College of Business and the Career Center Hosted Program for Long Island High School Students
Stony Brook University’s College of Business (CoB), in partnership with the Career Center, welcomed 90 accounting and business students from three Long Island high schools to campus on February 3 to learn about education and career opportunities in business and accounting.
Students from Amityville High School, Brentwood High School, and William Floyd High School took a campus tour, received an admissions overview, and attended a networking session and luncheon with CoB students and Stony Brook’s Accounting Advisory Board (AAB).
“The College of Business is committed to supporting Diversity, Equity and Inclusion initiatives by providing this access and knowledge to local students,” said Amy Milligan, assistant dean for curriculum, accreditation and student services in the College of Business. “These high schools all have robust business programs, and bringing these students to Stony Brook provides knowledge about the possibilities available to them in their own backyard.”
“Accounting is not just about numbers,” said Cecilia Feng, associate professor of accounting. “There’s a lot of technology involved, and it crosses over into things like forensic accounting, fraud, misconduct, and more. What we do can be critical in court cases. Accounting is important and meaningful work.”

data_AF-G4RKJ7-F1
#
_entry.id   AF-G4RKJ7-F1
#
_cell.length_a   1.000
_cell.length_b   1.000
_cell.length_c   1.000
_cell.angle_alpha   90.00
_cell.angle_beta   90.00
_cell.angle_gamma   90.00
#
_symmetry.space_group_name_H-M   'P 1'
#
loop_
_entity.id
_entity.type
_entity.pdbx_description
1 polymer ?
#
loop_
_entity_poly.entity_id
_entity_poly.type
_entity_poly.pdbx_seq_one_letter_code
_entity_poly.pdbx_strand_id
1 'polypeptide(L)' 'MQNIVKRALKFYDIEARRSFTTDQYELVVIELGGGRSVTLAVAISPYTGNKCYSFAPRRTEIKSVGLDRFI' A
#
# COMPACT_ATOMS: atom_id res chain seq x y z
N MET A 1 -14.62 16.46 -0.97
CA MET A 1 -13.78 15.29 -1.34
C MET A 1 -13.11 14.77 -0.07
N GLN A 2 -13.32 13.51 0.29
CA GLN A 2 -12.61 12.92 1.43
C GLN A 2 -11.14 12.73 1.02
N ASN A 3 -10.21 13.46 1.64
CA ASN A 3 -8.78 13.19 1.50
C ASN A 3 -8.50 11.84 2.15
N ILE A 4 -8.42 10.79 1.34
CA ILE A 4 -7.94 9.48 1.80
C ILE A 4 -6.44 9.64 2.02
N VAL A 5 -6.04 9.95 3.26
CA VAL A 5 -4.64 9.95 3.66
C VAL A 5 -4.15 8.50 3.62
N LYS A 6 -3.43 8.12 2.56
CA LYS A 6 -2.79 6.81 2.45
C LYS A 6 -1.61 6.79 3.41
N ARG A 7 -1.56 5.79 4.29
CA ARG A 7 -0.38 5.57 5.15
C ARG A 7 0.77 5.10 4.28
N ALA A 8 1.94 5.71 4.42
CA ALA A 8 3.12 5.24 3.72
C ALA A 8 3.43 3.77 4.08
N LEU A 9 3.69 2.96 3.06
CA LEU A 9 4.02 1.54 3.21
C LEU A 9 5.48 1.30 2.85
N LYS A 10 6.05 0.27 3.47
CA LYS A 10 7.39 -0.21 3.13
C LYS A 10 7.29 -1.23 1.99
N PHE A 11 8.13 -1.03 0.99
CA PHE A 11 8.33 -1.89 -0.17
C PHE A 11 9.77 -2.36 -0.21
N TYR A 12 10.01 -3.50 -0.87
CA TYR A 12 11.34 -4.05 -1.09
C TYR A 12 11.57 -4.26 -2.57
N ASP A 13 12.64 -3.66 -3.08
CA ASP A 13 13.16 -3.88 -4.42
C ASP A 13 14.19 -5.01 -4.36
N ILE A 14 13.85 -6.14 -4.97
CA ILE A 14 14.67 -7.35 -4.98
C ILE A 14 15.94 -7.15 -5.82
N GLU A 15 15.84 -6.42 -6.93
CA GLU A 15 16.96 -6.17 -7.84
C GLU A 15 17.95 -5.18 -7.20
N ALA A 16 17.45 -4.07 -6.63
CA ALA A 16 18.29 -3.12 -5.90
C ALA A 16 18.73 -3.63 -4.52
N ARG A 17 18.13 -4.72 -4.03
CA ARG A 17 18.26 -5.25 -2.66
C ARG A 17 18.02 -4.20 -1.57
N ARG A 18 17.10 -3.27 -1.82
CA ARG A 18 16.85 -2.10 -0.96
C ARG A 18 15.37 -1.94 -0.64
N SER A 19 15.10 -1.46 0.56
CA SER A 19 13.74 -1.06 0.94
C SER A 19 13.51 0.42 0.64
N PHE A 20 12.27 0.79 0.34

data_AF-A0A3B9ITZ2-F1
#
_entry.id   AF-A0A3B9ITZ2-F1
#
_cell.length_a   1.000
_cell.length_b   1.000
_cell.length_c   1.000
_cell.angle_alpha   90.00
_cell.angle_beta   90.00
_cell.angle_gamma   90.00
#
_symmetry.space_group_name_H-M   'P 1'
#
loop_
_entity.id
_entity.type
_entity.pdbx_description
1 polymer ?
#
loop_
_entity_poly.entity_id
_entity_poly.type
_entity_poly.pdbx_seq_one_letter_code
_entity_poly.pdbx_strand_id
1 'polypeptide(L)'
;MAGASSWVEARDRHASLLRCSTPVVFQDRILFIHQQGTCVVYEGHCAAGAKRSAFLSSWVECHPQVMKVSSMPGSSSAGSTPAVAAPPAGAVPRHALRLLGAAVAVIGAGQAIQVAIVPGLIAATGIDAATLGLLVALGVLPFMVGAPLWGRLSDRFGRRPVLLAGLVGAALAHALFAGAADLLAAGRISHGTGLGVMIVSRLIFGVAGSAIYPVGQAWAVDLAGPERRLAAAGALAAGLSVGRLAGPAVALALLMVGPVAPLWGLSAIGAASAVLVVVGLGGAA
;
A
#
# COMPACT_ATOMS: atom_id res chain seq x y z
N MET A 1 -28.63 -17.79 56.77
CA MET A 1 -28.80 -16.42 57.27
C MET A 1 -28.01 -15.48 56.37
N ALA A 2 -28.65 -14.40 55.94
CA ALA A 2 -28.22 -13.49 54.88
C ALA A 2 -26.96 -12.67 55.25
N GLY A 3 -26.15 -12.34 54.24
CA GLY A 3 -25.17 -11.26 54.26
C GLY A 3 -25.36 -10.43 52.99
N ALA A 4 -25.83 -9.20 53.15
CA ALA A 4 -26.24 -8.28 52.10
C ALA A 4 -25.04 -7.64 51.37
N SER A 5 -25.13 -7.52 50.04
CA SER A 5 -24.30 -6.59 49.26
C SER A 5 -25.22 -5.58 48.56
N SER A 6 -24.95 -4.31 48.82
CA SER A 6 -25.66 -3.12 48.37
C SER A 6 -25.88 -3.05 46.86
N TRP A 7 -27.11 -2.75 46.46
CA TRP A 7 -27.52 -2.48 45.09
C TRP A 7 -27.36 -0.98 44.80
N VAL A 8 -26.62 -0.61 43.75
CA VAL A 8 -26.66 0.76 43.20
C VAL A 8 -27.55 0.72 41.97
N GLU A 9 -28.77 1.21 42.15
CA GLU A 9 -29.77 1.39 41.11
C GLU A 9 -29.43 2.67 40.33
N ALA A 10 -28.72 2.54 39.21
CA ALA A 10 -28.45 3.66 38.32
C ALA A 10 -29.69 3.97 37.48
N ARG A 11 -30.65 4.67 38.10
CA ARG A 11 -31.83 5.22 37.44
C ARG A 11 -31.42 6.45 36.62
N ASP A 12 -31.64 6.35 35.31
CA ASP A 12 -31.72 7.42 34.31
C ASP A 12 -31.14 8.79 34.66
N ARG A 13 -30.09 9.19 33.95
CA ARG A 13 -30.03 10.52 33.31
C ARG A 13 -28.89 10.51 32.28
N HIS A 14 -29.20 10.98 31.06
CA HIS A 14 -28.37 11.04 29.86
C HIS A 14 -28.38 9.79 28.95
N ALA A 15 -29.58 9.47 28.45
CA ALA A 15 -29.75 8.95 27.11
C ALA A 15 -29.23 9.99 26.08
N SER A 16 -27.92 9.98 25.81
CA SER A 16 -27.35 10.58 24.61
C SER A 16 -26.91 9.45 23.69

At a pizza lunch, AAB members introduced their firms and then collectively spoke about exciting career opportunities in the profession, the types of candidates firms seek to hire, and what students can be doing now to help determine their future education and career path.
AAB panel participants included representatives of KPMG, BDO USA, LLP, Cerini & Associates, PwC, and Protiviti Inc. CoB students shared their Stony Brook experiences, and the board discussed potential career paths and the pipeline for a diverse and well-trained workforce in the accounting profession.
“When I was in high school, I wanted nothing to do with accounting,” said Michael Percent, a partner at KPMG in Melville, NY. “But I ‘accidentally’ ended up in the field, and it’s been a great career. Stony Brook is where I started, and this room is a place where you can get your start, too.”
Alumnus Jacquelyn Bello ’20, also a KPMG employee, spoke of how her Stony Brook experience enabled her to enter the field.
“I got into KPMG through an internship opportunity I had while I was at Stony Brook,” said Bello, an audit growth senior associate at KPMG. “You’ve heard some speakers talk of various career paths that led to accounting careers. My career opportunity came straight from this campus.”
Teachers who accompanied the students recognized the value in speaking to high schoolers about higher education opportunities available to them.
“It’s important that kids know of the opportunities that are available locally,” said Lee Cillo, an accounting teacher in the William Floyd school district in Brookhaven, Long Island. “Stony Brook has a quality program, and we’re happy to see our students get exposure to it.”
“This event was a tremendous success, and is an excellent way for Stony Brook University’s College of Business to share with local high school students the educational paths that lead to outstanding and diverse career opportunities in accounting,” said Christie Comunale, professor of practice in the College of Business. “Hearing firsthand from the college’s Accounting Advisory Board, some of whom are Stony Brook University alumni, provided exciting insight into the path from backpack to briefcase.”
— Robert Emproto